'cat mydomain_combined.crt host.key > host.pem'

instead of

'cat secure.mydomain.com.crt host.key > host.pem'

Thanks again!

i don't recall whether the naming matters, although you can generate multiple certs under different names without a problem. if you don't include www, that might also be causing errors, because without the "www" implies you're using an IP based SSL cert.

the best thing to do if you're unsure is to just use a convention like secure.yourdomain.com, as mentioned in the second step.

Were you ever able to access your site over https without seeing a warning? I tried everything you said here and still get the 'Safari can't verify the identity of the website "secure.smartshortcuts.com"' when I navigate to https://secure.smartshortcuts.com

Any thoughts?

Finally, I got it to work. No warnings on Safari, Firefox, IE, or Chrome on Mac OS, Ubuntu, or Windows. W00t! I've attempted to document what I did here:

http://matthodan.blogspot.com/2010/06/how-to-setup-heroku-godaddy-standa.html

Most of this is a repeat of your tutorial, with some notable exceptions in section IV. I hope this saves someone else some time!

For anyone who wants to see the Heroku SSL write-up I posted in my last post, I moved my blog to Posterous and now it is at this link:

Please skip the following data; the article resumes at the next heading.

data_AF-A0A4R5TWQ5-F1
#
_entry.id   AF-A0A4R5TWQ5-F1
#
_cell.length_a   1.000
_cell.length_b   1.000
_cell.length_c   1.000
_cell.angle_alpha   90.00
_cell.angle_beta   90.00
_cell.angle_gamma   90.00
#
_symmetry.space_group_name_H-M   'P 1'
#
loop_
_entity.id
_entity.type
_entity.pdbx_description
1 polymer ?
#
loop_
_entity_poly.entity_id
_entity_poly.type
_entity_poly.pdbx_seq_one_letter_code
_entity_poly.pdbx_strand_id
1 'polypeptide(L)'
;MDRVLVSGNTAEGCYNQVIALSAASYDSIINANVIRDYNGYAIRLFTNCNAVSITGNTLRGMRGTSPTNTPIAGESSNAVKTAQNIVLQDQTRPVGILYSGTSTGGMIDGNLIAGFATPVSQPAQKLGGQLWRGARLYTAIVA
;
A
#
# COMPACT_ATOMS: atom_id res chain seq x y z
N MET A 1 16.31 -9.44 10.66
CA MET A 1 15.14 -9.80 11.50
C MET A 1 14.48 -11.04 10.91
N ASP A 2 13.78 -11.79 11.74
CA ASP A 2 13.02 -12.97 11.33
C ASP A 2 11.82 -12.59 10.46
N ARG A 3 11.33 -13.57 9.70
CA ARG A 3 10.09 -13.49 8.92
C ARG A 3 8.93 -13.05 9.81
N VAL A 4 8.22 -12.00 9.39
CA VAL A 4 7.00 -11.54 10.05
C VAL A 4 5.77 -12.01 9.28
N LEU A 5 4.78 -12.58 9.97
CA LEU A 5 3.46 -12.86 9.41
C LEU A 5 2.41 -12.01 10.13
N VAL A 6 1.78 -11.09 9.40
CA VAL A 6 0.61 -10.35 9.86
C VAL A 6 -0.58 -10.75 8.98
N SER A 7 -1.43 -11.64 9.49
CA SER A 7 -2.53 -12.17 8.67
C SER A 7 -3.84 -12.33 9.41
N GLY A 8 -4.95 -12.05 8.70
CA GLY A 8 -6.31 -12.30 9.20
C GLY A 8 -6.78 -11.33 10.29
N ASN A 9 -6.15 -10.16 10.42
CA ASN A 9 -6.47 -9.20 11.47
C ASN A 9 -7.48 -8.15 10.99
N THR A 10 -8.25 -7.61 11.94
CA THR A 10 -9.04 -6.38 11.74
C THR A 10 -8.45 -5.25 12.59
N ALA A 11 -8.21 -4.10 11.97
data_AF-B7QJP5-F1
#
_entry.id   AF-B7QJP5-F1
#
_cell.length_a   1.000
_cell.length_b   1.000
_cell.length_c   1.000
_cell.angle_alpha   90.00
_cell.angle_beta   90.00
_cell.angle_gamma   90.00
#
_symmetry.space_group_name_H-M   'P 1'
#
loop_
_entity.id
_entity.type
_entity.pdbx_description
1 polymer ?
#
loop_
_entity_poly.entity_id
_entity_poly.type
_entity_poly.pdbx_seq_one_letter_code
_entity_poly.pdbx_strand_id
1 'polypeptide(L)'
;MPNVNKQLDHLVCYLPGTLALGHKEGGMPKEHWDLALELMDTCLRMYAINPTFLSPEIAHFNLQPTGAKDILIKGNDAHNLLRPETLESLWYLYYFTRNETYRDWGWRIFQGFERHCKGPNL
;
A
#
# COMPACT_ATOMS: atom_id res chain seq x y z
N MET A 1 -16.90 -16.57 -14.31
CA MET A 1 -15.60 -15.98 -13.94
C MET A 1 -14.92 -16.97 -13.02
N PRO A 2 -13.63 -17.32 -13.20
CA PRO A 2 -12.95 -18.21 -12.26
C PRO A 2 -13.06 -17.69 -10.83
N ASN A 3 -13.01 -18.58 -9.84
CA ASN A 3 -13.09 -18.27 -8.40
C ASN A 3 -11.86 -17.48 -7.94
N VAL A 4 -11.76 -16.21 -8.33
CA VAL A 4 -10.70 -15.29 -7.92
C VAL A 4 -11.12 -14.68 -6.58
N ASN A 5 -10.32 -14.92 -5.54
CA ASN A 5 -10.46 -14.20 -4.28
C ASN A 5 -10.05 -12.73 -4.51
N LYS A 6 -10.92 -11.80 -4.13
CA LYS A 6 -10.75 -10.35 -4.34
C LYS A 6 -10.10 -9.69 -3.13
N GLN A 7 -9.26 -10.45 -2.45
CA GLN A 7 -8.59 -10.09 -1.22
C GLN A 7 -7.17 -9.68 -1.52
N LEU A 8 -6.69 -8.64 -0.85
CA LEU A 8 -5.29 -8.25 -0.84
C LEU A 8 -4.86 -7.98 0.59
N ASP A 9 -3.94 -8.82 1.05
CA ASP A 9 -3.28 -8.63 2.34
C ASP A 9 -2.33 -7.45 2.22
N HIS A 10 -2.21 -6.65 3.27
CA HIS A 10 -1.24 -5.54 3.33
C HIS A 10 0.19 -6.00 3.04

http://blog.matthodan.com/how-to-setup-heroku-hostname-ssl-with-godaddy

Sorry for the confusion...

Nice article, i appreciate for putting this together! "This is obviously one great post. Thanks for the valuable information and insights you have so provided here. Keep it up!"

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This is brilliant information, I'm quite new to all this ssl business and this is a great help. My wife is looking to set up a website to sell her handmade creations and as she's not too keen on the technical side, she's left it all to me. Luckily I don't mind too much and with blogs like this it should be a breeze.
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Hello,

Your steps for combining / preparing your certificates for Heroku are incorrect. The steps should be as follows:

1. Combine your certificate with the GoDaddy bundle (gd_bundle.crt) which you can here: https://certs.godaddy.com/anonymous/repository.seam) to create your complete certificate:

cat presskitapp.com.crt gd_bundle.crt > final.crt

2. Create a passphrase-free private key:

openssl rsa -in mykey.key -out final.key

3. You can now add your finished certificates to Heroku:

heroku ssl:add final.crt final.key

4. Then add your desired SSL addon:

heroku addons:add ssl:hostname

Thanks!
Heroku Support

Fine!!